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Smart home security cam comes with facial recognition

With home security becoming more and more important, the need for home monitoring devices is on the rise. Netatmo’s Welcome is a great home security camera complete with facial recognition abilities.



Home security is now smart

Home security has unfortunately become a necessity. Gone are the days where you could leave your front door unlocked and never worry about criminal activity. Now, we have fully monitored alarm systems, dead bolts, window locks, and outside motion sensors.

But what exists leaves much to be desired. What if you need something to monitor your family and make sure they arrive home safely and remain where they are supposed to be? What if you’re looking for your smartwatch to tell you which kid is home, or that a stranger has been detected by cam?

What is Netatmo Welcome? It’s awesome, that’s what

This is where the Netatmo Welcome comes in. Netatmo Welcome is a completely self-contained, home security camera featuring facial recognition and no cloud connectivity needed. Plus, there are no subscription fees.

It’s sleek design and small size makes it easy to hide in plain sight. It almost looks like a speaker, honestly.

One thing to keep in mind – while it is self-contained, it does need a few things to be fully functional: constant power from a micro USB cable, your smartphone (to sync coverage), and a MicroSD card to store footage. Definitely nothing major, but the need for constant power may change where and how you place the device.

Ease of setup

Welcome is best aimed at a front door, or other main entry point into your home. Monitoring apps are available for both Android and iOS phones.

Once you’re ready to set it up, you’ll turn the Welcome upside down and enter your Wi-Fi information into the app. Once you’ve done this, the app will start to create a timeline of events, triggered by movement, and whether or not it has “seen” a face it recognizes.

Any time a “recognition” happens, you’ll receive a notification on your phone. This notification will either contain captured footage, or direct you to a live feed of the Welcome. There is a small delay, most users say a few seconds, from the time the activity is recorded to the time you receive a notification on your phone.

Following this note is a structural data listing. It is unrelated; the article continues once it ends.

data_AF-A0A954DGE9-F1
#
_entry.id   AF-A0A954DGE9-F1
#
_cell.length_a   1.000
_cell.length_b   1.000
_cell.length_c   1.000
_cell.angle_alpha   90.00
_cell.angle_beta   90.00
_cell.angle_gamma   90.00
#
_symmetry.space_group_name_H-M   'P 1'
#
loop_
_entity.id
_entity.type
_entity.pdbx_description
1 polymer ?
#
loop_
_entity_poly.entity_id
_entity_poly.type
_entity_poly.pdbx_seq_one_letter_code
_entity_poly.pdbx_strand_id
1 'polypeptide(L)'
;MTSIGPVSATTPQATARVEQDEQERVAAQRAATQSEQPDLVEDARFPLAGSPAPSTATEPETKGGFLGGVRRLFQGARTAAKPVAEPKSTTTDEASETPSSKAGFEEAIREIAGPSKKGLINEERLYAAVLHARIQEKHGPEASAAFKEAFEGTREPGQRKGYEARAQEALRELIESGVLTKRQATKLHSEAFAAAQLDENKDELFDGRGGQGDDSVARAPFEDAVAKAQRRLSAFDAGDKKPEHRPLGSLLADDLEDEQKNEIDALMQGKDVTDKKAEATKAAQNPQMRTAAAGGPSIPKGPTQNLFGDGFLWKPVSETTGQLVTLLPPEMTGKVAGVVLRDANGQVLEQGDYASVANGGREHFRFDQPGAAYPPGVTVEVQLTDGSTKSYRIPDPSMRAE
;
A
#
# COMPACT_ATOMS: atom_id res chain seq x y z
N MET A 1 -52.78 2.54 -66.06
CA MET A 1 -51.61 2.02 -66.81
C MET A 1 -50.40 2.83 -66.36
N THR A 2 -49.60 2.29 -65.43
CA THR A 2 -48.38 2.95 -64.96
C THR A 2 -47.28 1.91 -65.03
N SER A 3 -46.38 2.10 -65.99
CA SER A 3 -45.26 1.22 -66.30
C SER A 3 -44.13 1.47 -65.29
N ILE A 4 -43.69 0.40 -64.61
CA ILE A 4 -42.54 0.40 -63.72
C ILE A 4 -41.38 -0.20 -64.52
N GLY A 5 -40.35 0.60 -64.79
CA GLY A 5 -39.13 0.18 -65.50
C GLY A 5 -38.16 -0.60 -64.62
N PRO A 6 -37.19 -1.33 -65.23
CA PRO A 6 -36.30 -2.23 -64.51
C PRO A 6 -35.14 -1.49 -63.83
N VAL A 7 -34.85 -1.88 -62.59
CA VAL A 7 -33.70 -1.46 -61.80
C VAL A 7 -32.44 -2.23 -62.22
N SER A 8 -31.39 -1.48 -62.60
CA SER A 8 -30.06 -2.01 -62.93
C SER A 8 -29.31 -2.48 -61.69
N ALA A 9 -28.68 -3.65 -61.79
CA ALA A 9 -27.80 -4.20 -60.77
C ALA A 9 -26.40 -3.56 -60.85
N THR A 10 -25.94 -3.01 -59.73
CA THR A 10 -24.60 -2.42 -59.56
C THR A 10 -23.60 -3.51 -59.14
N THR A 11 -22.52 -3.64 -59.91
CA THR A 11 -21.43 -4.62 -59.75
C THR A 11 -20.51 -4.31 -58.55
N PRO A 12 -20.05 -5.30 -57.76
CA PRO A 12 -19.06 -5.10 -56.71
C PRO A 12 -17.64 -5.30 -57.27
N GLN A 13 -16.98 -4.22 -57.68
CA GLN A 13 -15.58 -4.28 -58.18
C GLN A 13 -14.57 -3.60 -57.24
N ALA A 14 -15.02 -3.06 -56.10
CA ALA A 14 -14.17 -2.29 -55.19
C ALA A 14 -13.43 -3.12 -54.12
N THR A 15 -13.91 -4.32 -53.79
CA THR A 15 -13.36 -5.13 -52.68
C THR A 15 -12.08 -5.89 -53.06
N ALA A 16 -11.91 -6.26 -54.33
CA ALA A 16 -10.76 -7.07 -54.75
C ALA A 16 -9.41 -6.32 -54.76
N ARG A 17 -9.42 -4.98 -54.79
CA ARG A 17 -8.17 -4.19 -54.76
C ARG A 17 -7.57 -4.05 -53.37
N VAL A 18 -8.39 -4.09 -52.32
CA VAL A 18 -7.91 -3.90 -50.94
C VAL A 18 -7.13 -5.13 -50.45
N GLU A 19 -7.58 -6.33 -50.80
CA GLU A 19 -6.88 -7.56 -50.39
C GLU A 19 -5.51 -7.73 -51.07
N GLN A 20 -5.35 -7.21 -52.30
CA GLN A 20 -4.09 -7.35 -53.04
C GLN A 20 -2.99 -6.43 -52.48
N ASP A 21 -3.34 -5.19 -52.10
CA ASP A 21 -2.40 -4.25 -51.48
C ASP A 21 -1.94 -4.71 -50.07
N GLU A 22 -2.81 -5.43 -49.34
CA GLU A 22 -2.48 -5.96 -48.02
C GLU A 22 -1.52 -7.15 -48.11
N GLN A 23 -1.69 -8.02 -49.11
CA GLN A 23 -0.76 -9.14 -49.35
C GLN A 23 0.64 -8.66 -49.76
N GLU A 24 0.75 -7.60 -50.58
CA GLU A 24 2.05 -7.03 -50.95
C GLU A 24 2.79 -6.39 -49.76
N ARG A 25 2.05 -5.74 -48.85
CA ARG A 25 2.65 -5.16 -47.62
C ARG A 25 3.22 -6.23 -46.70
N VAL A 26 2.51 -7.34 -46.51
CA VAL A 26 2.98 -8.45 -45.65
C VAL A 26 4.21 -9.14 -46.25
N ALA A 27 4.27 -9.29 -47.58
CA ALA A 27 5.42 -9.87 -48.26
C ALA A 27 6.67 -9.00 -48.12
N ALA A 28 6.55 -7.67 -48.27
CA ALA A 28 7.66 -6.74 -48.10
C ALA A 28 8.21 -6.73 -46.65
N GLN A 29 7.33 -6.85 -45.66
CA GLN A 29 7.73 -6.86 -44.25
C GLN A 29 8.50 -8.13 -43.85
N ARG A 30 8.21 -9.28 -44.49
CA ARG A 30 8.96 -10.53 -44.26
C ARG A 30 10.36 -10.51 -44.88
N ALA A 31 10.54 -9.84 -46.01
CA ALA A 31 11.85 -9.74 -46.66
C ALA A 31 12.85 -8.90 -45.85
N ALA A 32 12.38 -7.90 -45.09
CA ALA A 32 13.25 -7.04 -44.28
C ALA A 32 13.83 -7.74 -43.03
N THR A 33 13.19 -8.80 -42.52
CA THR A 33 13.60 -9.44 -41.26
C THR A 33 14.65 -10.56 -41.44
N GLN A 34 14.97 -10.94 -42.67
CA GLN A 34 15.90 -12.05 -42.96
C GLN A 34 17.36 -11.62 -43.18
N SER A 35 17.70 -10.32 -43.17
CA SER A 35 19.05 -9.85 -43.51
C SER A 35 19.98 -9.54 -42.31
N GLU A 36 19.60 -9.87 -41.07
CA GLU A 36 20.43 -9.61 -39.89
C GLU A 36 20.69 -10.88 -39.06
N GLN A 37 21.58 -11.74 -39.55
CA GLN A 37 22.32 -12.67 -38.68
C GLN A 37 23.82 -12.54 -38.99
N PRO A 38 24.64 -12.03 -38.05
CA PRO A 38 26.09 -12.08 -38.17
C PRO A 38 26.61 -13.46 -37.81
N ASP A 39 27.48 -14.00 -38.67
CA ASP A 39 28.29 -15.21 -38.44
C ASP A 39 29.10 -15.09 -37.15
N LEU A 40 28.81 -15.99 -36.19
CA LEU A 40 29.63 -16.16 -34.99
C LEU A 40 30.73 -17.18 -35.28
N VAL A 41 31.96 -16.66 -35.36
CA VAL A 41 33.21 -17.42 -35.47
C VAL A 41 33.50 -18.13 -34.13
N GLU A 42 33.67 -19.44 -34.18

Our favorite part: Facial recognition

The main selling point of the Netatmo Welcome is its ability to memorize and recognize up to 16 different faces.

How does it do this? The learning process is a secret, but Netatmo states that it can take the device five times of seeing someone’s face before it can consistently recognize and identify them as a member of your family and not a stranger.

This can be a bit annoying in the beginning as you receive an alert when an “unknown” person is in your home. During the learning process this “unknown” may be your child. Once Welcome has learned the faces of your family, however, you won’t be plagued by those notifications.

One caveat with recognition: if the Welcome is placed in a dimly lit (or overly bright) room, it will have a hard time distinguishing faces, or so I’ve heard.

As it learns, it gets smarter

Obviously you need a bit of patience in the beginning with Welcome, but I find this to be true with a great deal of electronic devices, especially those that fit a particular niche. For example, if you have a busy home, with children, babysitters, and lots of coming and going,

Netatmo Welcome will offer you peace of mind, knowing everything is okay and everyone is where they are supposed to be. This is also useful if you want to keep a watchful eye on parents or caregivers without robbing them of their sense of independence.

A few drawbacks to keep in mind

While I have not tested the Netatmo Welcome myself, several other users have said it does come with a few drawbacks. For example, the Wi-Fi range of the device seems to be limited. The can make it difficult to place the device where it would be most useful. Also, there is no battery back-up built in to Welcome, so if you lose power, or an unscrupulous thief cuts the power to your home, the device will be of no use. Perhaps in a future version.

As previously stated, the facial recognition component of Welcome is said by some to be spotty, or take a while to fully recognize a member of your family. This could lead to unnecessary notifications and alarm, but there is a learning curve with almost all new technological devices. Also, as all recorded video is stored on the MicroSD card, if someone happens to break in and steal the Welcome, all recorded and stored video will go with it.